ePub 版

you had in carrying safely through the House, at a very difficult time, the bill for £60,000 during Lord Loudoun's command. But, without recapitulating instances in which I was not directly concerned, I remember gratefully, that as early as 1756, when I was sent by Lord Loudoun to obtain quarters in Philadelphia for the first battalion of the Royal American Regiment, I could not have surmounted the difficulties made by your people, who, at that time unacquainted with the quartering of troops, expressed the greatest reluctance to comply with my request, till you were so good as to take the affair in hand, and obtain all that was desired.

I have not been less obliged to you in the execution of the present act, having been an eyewitness of your forwardness to carry at the Board, as a commissioner, every measure I proposed for the success of this expedition. This acknowledgment being the only return I can make, for the repeated services I have received from you in my public station, I beg you will excuse my prolixity upon a subject so agreeable to myself, as the expression of my gratitude. I am, with great regard, &c.





Proceedings of the Rhode Island Assembly for opposing the Design of Parliament to tax the Colonies.

Rhode Island, 8 October, 1764. SIR, We have been appointed a committee by the General Assembly of the colony of Rhode Island to correspond, confer, and consult with any committee or committees that are or shall be appointed by any of the British colonies on the continent, and, in concert with them, to prepare and form such representations of the condition of the colonies, the rights of the inhabitants, and the interests of Great Britain, as connected with them, as may be most likely to be effectual to remove or alleviate the burdens which the colonists at present labor under, and to prevent new ones being added.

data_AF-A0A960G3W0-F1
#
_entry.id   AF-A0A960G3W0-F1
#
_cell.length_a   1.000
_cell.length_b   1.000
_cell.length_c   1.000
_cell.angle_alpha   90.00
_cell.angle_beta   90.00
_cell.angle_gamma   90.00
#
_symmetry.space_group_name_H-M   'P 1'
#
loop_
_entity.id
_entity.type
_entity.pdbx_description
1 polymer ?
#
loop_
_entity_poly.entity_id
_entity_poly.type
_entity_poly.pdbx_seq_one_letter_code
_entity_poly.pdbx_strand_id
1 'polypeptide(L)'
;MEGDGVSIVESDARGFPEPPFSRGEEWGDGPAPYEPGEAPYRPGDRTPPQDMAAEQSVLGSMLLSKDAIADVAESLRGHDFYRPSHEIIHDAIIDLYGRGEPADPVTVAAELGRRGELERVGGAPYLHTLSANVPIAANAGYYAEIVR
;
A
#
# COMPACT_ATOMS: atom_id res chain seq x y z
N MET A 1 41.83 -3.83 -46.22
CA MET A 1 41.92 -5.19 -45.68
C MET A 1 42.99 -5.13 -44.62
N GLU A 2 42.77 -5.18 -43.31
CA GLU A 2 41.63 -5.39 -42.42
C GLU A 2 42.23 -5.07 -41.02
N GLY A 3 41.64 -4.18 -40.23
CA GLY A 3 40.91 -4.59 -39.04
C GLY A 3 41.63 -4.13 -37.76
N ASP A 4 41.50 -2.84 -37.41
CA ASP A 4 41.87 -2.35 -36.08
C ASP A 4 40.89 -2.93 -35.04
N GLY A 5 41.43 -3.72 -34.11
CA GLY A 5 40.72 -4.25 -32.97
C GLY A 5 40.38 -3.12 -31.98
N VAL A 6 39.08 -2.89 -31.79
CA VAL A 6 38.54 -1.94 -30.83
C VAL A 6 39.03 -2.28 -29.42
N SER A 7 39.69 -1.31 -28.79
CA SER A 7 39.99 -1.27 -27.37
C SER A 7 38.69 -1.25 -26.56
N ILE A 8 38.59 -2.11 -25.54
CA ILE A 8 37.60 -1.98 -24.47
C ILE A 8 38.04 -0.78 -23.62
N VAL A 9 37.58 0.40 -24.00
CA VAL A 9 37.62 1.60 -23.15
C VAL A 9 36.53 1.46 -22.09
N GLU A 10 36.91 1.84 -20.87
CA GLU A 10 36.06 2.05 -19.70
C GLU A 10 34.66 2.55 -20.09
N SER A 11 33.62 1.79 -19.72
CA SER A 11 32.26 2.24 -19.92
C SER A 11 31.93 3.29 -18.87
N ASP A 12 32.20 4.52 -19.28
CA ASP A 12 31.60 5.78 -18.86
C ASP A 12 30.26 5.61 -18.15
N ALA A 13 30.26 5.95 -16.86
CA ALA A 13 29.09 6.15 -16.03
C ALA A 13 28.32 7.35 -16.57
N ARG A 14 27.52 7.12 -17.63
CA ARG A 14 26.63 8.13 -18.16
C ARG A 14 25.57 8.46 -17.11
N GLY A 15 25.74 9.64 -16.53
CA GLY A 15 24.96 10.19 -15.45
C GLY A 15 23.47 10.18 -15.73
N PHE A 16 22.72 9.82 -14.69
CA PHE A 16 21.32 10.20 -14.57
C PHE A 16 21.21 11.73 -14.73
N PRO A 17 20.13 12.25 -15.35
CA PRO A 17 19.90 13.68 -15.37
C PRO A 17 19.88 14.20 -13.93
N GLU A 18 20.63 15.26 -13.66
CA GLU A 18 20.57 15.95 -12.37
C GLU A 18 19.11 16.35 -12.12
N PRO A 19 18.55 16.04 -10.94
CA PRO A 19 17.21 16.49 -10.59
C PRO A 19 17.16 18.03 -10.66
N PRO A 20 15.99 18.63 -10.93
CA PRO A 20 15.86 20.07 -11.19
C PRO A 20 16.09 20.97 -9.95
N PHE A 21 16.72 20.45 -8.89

The impositions already laid on the trade of these colonies must have very fatal consequences. The act in embryo, for establishing stamp duties, if effected, will further drain the people, and strongly point out their servitude. And the resolution of the House of Commons, that they have a right to tax the colonies, if carried into execution, will leave us nothing to call our own. How far the united endeavours of all the colonies might tend to prevent those evils, cannot be determined ; but certain it is worth their while to try

* This letter was directed to Franklin as Speaker of the Pennsylvania Assembly, although he had ceased to act in that capacity when it was received. The letter itself is remarkable for the sentiments it contains, and as showing, that, on this occasion, the same system of Committees of Correspondence for uniting the colonies in a common cause was suggested by Rhode Island, which was afterwards adopted with so much success at the beginning of the revolution.

every means in their power, to preserve everything they have worth preserving.

Zealous to do all we can in a business of so much importance, more especially as the colony that employs us seems heartily disposed to exert its utmost efforts to preserve its privileges inviolate, looking on this as the critical conjuncture when they must be effectually defended, or finally lost; we have given you the trouble of this address, desiring to be informed whether your colony has taken these matters under consideration; and, if it has, what methods have been thought of as most conducive to bring them to a happy issue.

If all the colonies were disposed to enter with spirit into the defence of their liberties; if some method could be hit upon for collecting the sentiments of each colony, and for uniting and forming the substance of them all into one common defence of the whole; and this sent to England, and the several agents directed to join together in pushing and pursuing it there, in the properest and most effectual manner, it might be the most probable method to produce the end aimed at.